travel

Post-Exam Life

After so long living in a permanent state of anguish, preparing for national exams in order to get the grades to get into Oxford and then trying to get through the endless workload once I entered the blue gates of Trinity College, I forgot what it was like to have copious amounts of free time. It took me a week or two to get over the mentality that I did not have to feel guilty for vegetating in front of my computer, watching hours of youtube or Netflix.

In addition to involving lots of sitting around relaxing, my last few weeks in Oxford were very busy, although with pleasurable pursuits for a change. I was at last able to see more of my aunt, who lives in Oxford, as well as my adorable 18 month old cousin. Having spent so long leading a sedentary existence, I also went for long and aimless walks and short running sessions, feeling pumped by the upbeat reggaeton songs pulsing through my headphones. Then there was Schools’ Dinner, that is, a fancy dinner for students and tutors with plenty of alcohol. I was trying very hard to say something intelligent when my French tutor, who was sat next to me, began talking about his plans to study British pottery and write a book on it once he has retired (he and I clearly have very different retirement plans), but after several glasses of prosecco, white wine, red wine and port, I found conversing on any subject a difficult task. A couple of days after the dinner, with my hangover thankfully gone, my lively Puerto Rican Spanish tutor invited me and my fellow linguist friends to some drinks at the quintessential Oxford pub, the Turf Tavern. The sun was shining gloriously that day as I merrily sat sipping away at a glass of Pimms. Alcohol in fact seemed to be the common denominator for many of my post-exam activities, whether it was University organised drinks, heart-to-hearts over cocktails with friends or excessive quantities of tequila and vodka knocked back before hitting the club.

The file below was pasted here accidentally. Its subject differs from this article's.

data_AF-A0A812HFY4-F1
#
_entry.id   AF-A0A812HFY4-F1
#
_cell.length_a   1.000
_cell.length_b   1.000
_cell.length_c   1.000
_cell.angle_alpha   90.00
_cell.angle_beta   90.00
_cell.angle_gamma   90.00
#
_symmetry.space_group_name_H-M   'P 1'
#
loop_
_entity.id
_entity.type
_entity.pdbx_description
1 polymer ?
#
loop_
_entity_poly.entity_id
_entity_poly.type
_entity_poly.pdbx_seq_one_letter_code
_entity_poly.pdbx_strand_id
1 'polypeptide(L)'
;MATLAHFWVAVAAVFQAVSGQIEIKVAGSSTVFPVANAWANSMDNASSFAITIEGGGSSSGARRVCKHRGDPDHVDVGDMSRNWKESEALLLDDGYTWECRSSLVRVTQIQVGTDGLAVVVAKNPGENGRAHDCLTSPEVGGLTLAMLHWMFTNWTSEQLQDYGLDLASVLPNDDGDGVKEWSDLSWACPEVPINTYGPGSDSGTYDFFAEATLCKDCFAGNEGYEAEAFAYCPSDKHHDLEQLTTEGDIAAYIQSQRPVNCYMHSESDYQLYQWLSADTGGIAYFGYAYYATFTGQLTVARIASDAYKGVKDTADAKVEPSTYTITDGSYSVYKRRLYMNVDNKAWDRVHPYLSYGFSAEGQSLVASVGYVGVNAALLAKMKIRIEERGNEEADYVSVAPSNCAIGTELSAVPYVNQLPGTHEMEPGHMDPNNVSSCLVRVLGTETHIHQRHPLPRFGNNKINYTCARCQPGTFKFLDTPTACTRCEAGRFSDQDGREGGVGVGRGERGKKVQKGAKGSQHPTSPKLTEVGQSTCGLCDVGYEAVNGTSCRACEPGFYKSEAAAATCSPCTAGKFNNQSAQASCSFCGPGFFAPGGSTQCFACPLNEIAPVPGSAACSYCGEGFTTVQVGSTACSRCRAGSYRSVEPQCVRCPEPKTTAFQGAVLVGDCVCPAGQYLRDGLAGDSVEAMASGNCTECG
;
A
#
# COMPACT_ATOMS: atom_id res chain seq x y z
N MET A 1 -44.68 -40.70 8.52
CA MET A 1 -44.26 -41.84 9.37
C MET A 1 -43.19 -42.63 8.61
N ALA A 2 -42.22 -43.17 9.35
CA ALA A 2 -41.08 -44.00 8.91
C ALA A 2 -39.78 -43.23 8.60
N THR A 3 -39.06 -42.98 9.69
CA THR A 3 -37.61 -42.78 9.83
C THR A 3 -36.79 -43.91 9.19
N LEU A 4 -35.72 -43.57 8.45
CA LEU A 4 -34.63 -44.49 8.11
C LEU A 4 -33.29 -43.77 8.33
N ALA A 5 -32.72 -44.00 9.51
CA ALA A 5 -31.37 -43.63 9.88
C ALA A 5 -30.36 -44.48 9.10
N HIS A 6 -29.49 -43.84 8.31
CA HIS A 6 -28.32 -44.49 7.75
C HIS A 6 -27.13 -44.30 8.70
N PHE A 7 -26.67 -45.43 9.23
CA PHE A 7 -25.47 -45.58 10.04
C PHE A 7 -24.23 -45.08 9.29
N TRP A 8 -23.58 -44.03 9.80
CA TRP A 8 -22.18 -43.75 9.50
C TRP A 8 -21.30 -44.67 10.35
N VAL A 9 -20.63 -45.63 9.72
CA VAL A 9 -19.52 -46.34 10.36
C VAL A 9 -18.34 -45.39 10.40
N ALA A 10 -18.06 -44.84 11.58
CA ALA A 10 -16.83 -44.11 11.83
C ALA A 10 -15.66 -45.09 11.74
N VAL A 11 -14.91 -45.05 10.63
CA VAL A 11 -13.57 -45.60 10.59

One hot Wednesday, I went to a spa just outside of the centre of Oxford.  As part of a deal my friends and I had purchased, we were given a pastry and a coffee and access to the pool, steam room and sauna. I think we all benefited from a break from the hurly burly of Oxford.

I of course couldn’t resist going to London, a convenient 45-minute train journey away, while I was still in Oxford.  I stayed in my brother’s girlfriend’s beautiful home for the weekend. Her house was replete with rows of books, lovely family photos and great artwork and memorabilia.  I was impressed by the photos of her father with Boris Johnson stuck on the fridge, the letter from Margaret Thatcher framed in the bathroom, the vintage World War II posters, the stacks of newspapers and magazines (some of which included articles written by her father) and the gift given by president John F. Kennedy, sitting inconspicuously in the kitchen. I was incredibly grateful for being invited to stay there. It was a much better alternative to sleeping on the sofa of my brother’s often untidy flat. However, despite the impressive nature of the house and its contents, it was not intimidating, but rather an inviting, relaxing and cosy place, full of life and energy, with the sounds of a booming tenor voice ringing throughout whenever the Romanian opera singer, who was lodging with them, decided to practice.

The grande finale of my time in Oxford was the Trinity Commemoration Ball, an event which only takes place every three years and was almost as extravagant as the Daily Mail made it out to be in their incredibly sensationalised article. It was true, as said article suggested, that the alcohol did flow freely and there was plenty of food. One of my best friends from home came to the ball with me, which made the night especially fun, although she (unlike me) didn’t make it until 5 o’clock the next morning, when the ball officially ended and my feet, having been in heels all night, were begging me to return home. I thought I would be emotional once the ball was over since its end also signified the end of my time in Oxford, but I wasn’t as sad about the prospect of leaving Oxford as I thought I would be. I think it’s because I know I’ll stay in touch with my friends, I’ll come back to Oxford frequently, the future is exciting and I am so used to leaving and coming back to the place that this time round doesn’t feel any different.

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